This Alabama Couple Gave Their 1,400-Square-Foot Cabin a Brand New Look
EJ and Whit Brown aren’t afraid of a challenge. The intrepid do-it-yourselfers had recently restored a 5,600-square-foot historic home in Florence, Alabama, when a cabin around the corner went up for sale. “I looked at it and fell in love, but it was not move-in ready. It was a disaster,” says EJ. Tucked away off a back road on a secluded 3-acre property, the 1,400-square foot cabin had been vacant for several years and was less than livable. However, the home’s atypical-for-Alabama saltbox-style design and woodsy location were worthy of a downsize. “I’m drawn to fixer-uppers,” she says. “If I can see the potential in a house and if we put a lot of sweat equity into it, I know we can make it amazing.” The renovation tag team got to work: Whit (a self-taught handyman) took on the electrical and plumbing upgrades, while EJ (a pro thrift-store shopper) sourced unique vintage furniture, artwork, and decor. See how this old cabin got a surprising second act.
Keep Spaces In Sync
Before, old wooden doors marked the front and side entrances. Replacements with top-to-bottom windowpanes let in natural light. “They help the outside feel like an extension of the inside,” says EJ. A sleek shade of black (Sherwin-Williams Tricorn Black, SW 6258) gave the facade a face-lift. “The dark exterior feels modern but still simple,” she says. Next, the Browns created inviting hangout spaces, like the side porch with comfy outdoor furniture and an alfresco dining area.
“I love the hunt of finding cool things for a good deal,” says EJ, who scored the round wooden coffee table for $20 at a local Goodwill store. “I look for furniture you can feel comfortable in. You can put your feet up on that table like it’s no big deal,” she says. Mixing thrift store finds with newer modern pieces keeps the room feeling fresh. The Browns kept the vaulted wood ceiling exposed, which helps draws eyes up to the shimmering Serena & Lily globe pendant. “This fixture feels funky but still classic,” she says. A colorful gallery wall pops off the staircase’s dark backdrop.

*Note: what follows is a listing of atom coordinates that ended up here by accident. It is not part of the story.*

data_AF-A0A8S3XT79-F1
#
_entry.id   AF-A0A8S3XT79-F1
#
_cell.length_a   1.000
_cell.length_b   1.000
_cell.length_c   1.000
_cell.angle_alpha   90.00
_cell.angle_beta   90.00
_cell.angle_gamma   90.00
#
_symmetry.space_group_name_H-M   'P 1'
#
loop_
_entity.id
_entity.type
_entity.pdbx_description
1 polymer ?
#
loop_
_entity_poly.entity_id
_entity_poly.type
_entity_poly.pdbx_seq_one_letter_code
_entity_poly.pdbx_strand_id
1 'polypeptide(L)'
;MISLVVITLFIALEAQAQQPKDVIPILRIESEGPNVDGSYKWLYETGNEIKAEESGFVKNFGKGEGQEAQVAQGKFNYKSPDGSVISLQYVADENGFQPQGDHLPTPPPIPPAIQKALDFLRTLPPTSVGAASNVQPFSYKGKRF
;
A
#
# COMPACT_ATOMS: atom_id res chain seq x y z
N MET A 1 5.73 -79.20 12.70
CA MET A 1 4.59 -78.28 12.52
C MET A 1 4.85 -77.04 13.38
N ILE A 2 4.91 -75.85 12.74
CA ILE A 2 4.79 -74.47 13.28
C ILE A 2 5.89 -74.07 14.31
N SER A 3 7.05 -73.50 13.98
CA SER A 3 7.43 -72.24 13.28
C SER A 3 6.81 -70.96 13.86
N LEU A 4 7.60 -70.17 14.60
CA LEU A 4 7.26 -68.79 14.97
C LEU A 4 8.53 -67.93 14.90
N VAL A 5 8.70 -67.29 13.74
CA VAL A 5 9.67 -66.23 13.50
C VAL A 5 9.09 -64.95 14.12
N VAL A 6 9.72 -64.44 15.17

Open Things Up
Fake wooden beams overhead and bulky upper cabinetry made the small kitchen feel even more cramped. Tearing those out, raising the ceiling, and installing a larger window helped expand the room. “Opting out of upper cabinets allowed space for putting art on the walls,” says EJ, who envisioned the kitchen as equal parts cooking area and hangout space. Black details—shiplap walls painted the same color as the exterior, along with the honed-granite countertops and backsplash—keep the minimalist space modern. “It’s a little cabin—no one’s eye will be tricked if I paint it a bright color. Plus, all-black looks chic,” says EJ. A tall wooden table (built by Whit) doubles as an island.
“Because it’s a smaller house, this area had to function as an entryway, laundry room, pantry, and storage area—four rooms in one,” says EJ, who decided to paint the walls, open shelving, and cabinetry of this walk-through space in a poppy hue (Sherwin-Williams Fame Orange, SW 6346). On the floor-to-ceiling shelves, EJ’s glassware collection is lined up alongside kitchen tools and pantry staples. On the floor, vintage rugs stand up to foot traffic, including dirty paws.
Make Tiny Rooms Count
At the other side of the room, Whit reworked the plumbing and electrical systems to push the washing machine and dryer into one corner and built upper cabinets for extra storage. EJ filled the blank space with a gallery wall where pieces by friends, family, and local artists hang alongside finds from secondhand shops and antiques malls. Her tip: Get thrifted artwork professionally framed for an upgraded look.
Add Character to a Sleepy Space
Rather than using a collection of artwork, EJ enlarged and framed old family photos to hang over the bed, which is outfitted in Red Land Cotton linens. A chest of drawers doubles as a bedside table. “I don’t feel like I’m missing anything by living in a small space,” she says. To prevent clutter, she established a one-in, one-out policy. “Anytime I add something new—clothes, decor, furniture—I get rid of something else,” she says.
Connect with Nature
Original French doors open to an airy sunroom off the main bedroom. Wide windowpanes replaced tattered screens for better views of the wooded property. Now, it’s the Browns’ favorite spot in the cabin. The sun-laden lounge space is equally great for morning coffee or nightcaps. The white walls (painted Sherwin-Williams Alabaster, 7008) lay a backdrop for EJ’s colorful vintage finds, like a pair of mid-century modern chairs with refreshed upholstery.
Be Bold and Creative
EJ hung a large painting by an artist friend over the bed. “The big square Euro pillows serve as a headboard,” she says. The blue canvas and white linens really pop off the room’s dark brown walls, painted Benjamin Moore Espresso Bean (CSP-30).
Plan To Eat Out
The problem: Limited square footage inside left no space for a formal dining room. The solution: Relandscape the driveway to create an alfresco entertaining spot. “Our table is right outside the door. Functional and easy to access, it’s probably the same distance from the kitchen as an interior dining area would normally be,” says EJ. A gravel floor and tall retaining wall (made of railroad ties) help the space feel more like a real room. Whit built a long table to accommodate their frequent dinner guests. “Our neighbor gave us the wood. It’s old and weathered, so there’s a natural patina to it,” says EJ. Metal chairs from Poly & Bark keep it modern. (Bonus: The furniture can stay outside year-round.)